Study Links Consumption of Fish, Seafood High in Mercury to ALS Risk
People who eat fish and seafood containing high concentrations of mercury may be more likely to develop amyotrophic lateral sclerosis (ALS), a new preliminary study suggests.
Researchers will present their study’s findings at the American Academy of Neurology’s 69th Annual Meeting, set for April 22-28 in Boston.
The question isn’t whether people should eat fish, the study’s author, Elijah Stommel, MD, PhD, of Dartmouth College in Hanover, New Hampshire, said in a press release. “For most people, eating fish is part of a healthy diet. But questions remain about the possible impact of mercury in fish.”
Currently, the U.S. Food and Drug Administration (FDA) recommends that women of childbearing age, pregnant women and children eat fish like salmon or sardines two to three times a week, because of their low concentration of mercury and high nutritional value (like omega-3 fatty acid content).
The FDA, on the contrary, recommends against consuming shark or swordfish, which are known to have two of the highest levels of concentration of mercury.
By measuring toenail clippings, researchers found that, of the 518 people studied (294 with ALS, and 224 without), about 179 people, or 61 percent, with ALS were in the top 25 percent for estimated mercury intake, compared to only about 98 people, or 44 percent, who did not have ALS.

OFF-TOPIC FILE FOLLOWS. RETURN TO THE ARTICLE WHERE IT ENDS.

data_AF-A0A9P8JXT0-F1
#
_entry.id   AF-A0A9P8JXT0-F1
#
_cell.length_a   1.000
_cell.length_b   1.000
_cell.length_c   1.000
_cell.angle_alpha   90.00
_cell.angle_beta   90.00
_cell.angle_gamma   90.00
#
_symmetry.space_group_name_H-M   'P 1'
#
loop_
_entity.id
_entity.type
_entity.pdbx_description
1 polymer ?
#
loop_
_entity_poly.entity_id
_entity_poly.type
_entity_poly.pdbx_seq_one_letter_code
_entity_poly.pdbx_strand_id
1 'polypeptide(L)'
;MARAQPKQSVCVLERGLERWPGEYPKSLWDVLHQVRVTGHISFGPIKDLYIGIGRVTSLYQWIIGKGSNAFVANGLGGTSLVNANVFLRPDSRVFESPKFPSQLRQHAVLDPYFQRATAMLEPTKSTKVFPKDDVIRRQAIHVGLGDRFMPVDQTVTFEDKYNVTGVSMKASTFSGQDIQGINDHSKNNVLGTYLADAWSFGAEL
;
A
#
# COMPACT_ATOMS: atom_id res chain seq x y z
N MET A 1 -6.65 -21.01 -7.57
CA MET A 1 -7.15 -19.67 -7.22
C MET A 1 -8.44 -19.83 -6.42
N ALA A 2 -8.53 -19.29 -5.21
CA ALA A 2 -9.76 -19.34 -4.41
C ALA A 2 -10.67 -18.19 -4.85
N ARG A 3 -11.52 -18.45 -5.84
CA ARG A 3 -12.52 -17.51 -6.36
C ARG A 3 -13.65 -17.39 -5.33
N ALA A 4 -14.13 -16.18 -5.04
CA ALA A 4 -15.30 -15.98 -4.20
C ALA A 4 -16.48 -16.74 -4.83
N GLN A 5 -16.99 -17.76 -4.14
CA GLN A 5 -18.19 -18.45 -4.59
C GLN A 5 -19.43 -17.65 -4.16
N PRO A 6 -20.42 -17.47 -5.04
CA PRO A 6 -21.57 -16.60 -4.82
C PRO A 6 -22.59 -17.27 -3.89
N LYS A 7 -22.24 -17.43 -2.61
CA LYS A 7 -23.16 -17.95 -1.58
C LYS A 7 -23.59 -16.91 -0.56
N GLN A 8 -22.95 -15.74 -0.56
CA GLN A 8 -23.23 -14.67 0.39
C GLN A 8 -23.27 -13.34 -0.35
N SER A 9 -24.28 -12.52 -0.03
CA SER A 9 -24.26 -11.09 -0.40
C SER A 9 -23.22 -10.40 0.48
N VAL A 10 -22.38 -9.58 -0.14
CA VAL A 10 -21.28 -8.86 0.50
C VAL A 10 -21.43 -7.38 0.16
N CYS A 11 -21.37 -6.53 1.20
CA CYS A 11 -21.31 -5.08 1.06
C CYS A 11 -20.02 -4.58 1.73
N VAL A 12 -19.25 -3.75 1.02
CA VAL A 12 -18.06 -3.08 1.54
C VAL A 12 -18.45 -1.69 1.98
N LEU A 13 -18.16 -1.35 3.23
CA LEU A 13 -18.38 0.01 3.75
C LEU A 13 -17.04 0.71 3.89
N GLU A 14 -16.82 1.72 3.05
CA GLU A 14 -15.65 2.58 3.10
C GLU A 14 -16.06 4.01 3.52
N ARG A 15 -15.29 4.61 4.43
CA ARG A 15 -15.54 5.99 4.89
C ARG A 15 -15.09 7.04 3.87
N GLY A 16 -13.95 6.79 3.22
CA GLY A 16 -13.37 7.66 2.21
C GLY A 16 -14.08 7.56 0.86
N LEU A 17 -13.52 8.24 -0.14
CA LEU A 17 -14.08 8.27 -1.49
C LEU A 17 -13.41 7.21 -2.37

The researchers estimated annual exposure to mercury by looking at average mercury levels in the types of fish, and how often participants reported eating them. They asked people how much fish and seafood they ate on a regular basis and what types of fish and what stores they bought it from, or where they caught it.
The study also found that among regular consumers of fish and seafood, those in the top 25 percent for estimated annual mercury intake had twice the risk of developing ALS than those in the lower percentiles.
The causes of ALS are still unknown. However, some previous studies have suggested that mercury could be a significant risk factor for the development of neurodegenerative disorders like ALS, as it is a known neurotoxic metal. In the United States, the primary source of exposure to mercury is through eating contaminated fish.